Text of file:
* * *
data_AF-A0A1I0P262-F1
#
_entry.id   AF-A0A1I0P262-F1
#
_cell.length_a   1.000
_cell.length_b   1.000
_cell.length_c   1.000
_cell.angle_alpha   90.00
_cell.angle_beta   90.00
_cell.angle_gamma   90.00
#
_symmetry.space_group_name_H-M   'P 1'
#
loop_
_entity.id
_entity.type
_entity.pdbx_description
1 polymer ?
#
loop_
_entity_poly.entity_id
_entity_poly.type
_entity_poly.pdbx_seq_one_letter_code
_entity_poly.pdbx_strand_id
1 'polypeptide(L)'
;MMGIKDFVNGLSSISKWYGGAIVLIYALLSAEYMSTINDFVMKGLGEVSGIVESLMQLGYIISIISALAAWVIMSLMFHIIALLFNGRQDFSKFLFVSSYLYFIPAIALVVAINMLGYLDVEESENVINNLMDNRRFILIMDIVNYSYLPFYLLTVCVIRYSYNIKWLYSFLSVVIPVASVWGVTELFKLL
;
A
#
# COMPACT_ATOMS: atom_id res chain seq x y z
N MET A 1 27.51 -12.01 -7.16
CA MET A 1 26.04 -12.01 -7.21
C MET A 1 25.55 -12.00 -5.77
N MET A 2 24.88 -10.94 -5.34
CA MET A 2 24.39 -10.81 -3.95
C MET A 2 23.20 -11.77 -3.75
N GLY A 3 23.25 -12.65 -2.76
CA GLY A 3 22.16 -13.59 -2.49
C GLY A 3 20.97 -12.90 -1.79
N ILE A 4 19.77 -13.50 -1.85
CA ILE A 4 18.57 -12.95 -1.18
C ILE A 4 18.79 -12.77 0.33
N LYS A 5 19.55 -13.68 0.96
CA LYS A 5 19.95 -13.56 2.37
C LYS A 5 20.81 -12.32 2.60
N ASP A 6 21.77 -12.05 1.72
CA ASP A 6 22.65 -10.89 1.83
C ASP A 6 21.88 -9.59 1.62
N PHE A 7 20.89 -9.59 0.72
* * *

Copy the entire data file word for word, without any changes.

data_AF-A0A1I0P262-F1
#
_entry.id   AF-A0A1I0P262-F1
#
_cell.length_a   1.000
_cell.length_b   1.000
_cell.length_c   1.000
_cell.angle_alpha   90.00
_cell.angle_beta   90.00
_cell.angle_gamma   90.00
#
_symmetry.space_group_name_H-M   'P 1'
#
loop_
_entity.id
_entity.type
_entity.pdbx_description
1 polymer ?
#
loop_
_entity_poly.entity_id
_entity_poly.type
_entity_poly.pdbx_seq_one_letter_code
_entity_poly.pdbx_strand_id
1 'polypeptide(L)'
;MMGIKDFVNGLSSISKWYGGAIVLIYALLSAEYMSTINDFVMKGLGEVSGIVESLMQLGYIISIISALAAWVIMSLMFHIIALLFNGRQDFSKFLFVSSYLYFIPAIALVVAINMLGYLDVEESENVINNLMDNRRFILIMDIVNYSYLPFYLLTVCVIRYSYNIKWLYSFLSVVIPVASVWGVTELFKLL
;
A
#
# COMPACT_ATOMS: atom_id res chain seq x y z
N MET A 1 27.51 -12.01 -7.16
CA MET A 1 26.04 -12.01 -7.21
C MET A 1 25.55 -12.00 -5.77
N MET A 2 24.88 -10.94 -5.34
CA MET A 2 24.39 -10.81 -3.95
C MET A 2 23.20 -11.77 -3.75
N GLY A 3 23.25 -12.65 -2.76
CA GLY A 3 22.16 -13.59 -2.49
C GLY A 3 20.97 -12.90 -1.79
N ILE A 4 19.77 -13.50 -1.85
CA ILE A 4 18.57 -12.95 -1.18
C ILE A 4 18.79 -12.77 0.33
N LYS A 5 19.55 -13.68 0.96
CA LYS A 5 19.95 -13.56 2.37
C LYS A 5 20.81 -12.32 2.60
N ASP A 6 21.77 -12.05 1.72
CA ASP A 6 22.65 -10.89 1.83
C ASP A 6 21.88 -9.59 1.62
N PHE A 7 20.89 -9.59 0.72